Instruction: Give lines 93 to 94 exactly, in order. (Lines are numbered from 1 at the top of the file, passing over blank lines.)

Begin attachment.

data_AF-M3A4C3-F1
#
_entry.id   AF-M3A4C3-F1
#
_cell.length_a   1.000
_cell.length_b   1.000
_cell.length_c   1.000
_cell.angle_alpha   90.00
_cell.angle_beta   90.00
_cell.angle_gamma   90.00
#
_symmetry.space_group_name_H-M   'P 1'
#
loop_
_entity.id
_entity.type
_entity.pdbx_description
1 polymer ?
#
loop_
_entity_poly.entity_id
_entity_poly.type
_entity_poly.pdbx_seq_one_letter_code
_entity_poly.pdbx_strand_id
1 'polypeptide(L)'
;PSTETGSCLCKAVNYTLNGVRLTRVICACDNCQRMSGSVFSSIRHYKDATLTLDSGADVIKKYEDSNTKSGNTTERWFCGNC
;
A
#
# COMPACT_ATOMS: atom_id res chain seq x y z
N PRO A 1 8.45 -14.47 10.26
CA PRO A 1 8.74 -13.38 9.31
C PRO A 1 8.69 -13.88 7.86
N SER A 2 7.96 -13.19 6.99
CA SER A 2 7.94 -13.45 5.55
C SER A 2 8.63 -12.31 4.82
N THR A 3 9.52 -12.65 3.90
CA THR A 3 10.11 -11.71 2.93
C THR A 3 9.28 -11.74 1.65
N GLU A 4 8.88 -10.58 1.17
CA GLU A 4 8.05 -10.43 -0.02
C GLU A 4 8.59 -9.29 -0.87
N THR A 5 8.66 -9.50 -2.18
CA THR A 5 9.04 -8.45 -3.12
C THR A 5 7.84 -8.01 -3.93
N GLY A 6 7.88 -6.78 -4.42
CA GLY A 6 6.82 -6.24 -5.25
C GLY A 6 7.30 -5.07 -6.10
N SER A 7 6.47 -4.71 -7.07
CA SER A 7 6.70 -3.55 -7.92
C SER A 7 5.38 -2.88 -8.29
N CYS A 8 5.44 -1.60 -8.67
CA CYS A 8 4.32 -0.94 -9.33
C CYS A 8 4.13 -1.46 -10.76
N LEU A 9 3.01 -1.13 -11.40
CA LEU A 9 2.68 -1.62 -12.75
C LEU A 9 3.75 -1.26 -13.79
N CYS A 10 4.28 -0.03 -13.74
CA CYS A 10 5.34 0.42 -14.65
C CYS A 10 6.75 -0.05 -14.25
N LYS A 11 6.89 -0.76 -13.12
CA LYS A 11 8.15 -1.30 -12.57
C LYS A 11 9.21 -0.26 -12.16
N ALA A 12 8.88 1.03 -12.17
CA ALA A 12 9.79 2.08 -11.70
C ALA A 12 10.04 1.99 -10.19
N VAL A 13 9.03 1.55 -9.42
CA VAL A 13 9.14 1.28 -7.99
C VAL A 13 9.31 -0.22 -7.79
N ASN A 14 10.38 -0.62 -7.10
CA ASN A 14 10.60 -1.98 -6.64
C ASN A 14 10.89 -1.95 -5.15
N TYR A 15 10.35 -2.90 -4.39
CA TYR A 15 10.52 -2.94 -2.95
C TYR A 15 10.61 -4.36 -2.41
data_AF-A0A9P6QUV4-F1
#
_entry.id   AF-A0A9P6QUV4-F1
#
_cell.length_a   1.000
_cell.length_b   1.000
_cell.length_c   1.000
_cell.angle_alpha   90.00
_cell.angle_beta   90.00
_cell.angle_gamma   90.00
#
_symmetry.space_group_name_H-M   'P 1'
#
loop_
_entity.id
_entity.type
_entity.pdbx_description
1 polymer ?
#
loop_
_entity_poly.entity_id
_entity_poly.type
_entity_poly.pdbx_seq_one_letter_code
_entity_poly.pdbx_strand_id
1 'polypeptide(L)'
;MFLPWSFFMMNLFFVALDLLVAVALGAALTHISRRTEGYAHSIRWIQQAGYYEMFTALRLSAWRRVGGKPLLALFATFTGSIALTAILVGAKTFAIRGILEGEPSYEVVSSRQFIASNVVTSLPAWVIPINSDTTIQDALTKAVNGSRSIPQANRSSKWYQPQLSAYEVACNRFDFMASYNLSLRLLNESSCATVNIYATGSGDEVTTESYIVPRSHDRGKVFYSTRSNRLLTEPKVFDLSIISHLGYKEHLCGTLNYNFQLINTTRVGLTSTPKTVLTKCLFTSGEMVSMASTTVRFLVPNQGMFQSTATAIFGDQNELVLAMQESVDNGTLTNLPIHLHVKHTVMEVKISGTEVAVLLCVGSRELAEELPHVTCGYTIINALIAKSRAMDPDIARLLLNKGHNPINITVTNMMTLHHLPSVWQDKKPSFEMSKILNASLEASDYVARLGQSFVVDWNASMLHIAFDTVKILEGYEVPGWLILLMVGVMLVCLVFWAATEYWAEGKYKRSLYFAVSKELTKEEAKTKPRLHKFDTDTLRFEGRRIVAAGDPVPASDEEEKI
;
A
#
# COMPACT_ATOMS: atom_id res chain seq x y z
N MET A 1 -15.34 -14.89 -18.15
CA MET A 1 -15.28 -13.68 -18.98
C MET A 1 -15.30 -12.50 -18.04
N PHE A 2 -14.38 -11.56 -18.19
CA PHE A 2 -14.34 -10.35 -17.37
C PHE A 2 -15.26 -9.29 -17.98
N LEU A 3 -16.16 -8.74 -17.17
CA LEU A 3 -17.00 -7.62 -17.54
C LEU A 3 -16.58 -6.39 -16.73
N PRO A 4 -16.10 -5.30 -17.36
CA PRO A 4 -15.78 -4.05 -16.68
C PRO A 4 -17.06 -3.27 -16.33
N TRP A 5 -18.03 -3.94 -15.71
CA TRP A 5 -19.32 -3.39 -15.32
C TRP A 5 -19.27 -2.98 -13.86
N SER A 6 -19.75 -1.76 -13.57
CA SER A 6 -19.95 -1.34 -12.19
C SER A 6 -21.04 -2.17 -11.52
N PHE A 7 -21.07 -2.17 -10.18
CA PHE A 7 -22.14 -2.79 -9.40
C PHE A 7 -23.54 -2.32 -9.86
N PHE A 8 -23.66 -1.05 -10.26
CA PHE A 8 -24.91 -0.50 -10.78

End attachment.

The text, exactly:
1 polymer ?
#